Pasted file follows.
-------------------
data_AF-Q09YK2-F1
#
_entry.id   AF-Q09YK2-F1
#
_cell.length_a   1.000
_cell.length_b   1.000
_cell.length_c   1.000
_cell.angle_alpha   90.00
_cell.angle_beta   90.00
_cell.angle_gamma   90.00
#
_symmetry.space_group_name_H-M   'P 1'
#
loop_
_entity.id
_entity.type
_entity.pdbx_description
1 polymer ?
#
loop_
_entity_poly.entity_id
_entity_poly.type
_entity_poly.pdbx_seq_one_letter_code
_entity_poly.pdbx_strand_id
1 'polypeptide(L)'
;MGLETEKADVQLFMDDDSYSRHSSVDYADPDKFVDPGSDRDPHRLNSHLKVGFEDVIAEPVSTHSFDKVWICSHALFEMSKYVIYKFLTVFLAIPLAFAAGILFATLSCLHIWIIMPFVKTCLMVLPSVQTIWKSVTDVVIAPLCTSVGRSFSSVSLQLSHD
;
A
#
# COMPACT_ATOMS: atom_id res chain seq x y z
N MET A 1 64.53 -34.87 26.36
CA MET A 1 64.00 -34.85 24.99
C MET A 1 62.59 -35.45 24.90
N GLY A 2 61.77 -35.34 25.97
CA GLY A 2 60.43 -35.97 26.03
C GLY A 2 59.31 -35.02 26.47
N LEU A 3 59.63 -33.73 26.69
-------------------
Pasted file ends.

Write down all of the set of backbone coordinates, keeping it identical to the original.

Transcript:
data_AF-Q09YK2-F1
#
_entry.id   AF-Q09YK2-F1
#
_cell.length_a   1.000
_cell.length_b   1.000
_cell.length_c   1.000
_cell.angle_alpha   90.00
_cell.angle_beta   90.00
_cell.angle_gamma   90.00
#
_symmetry.space_group_name_H-M   'P 1'
#
loop_
_entity.id
_entity.type
_entity.pdbx_description
1 polymer ?
#
loop_
_entity_poly.entity_id
_entity_poly.type
_entity_poly.pdbx_seq_one_letter_code
_entity_poly.pdbx_strand_id
1 'polypeptide(L)'
;MGLETEKADVQLFMDDDSYSRHSSVDYADPDKFVDPGSDRDPHRLNSHLKVGFEDVIAEPVSTHSFDKVWICSHALFEMSKYVIYKFLTVFLAIPLAFAAGILFATLSCLHIWIIMPFVKTCLMVLPSVQTIWKSVTDVVIAPLCTSVGRSFSSVSLQLSHD
;
A
#
# COMPACT_ATOMS: atom_id res chain seq x y z
N MET A 1 64.53 -34.87 26.36
CA MET A 1 64.00 -34.85 24.99
C MET A 1 62.59 -35.45 24.90
N GLY A 2 61.77 -35.34 25.97
CA GLY A 2 60.43 -35.97 26.03
C GLY A 2 59.31 -35.02 26.47
N LEU A 3 59.63 -33.73 26.69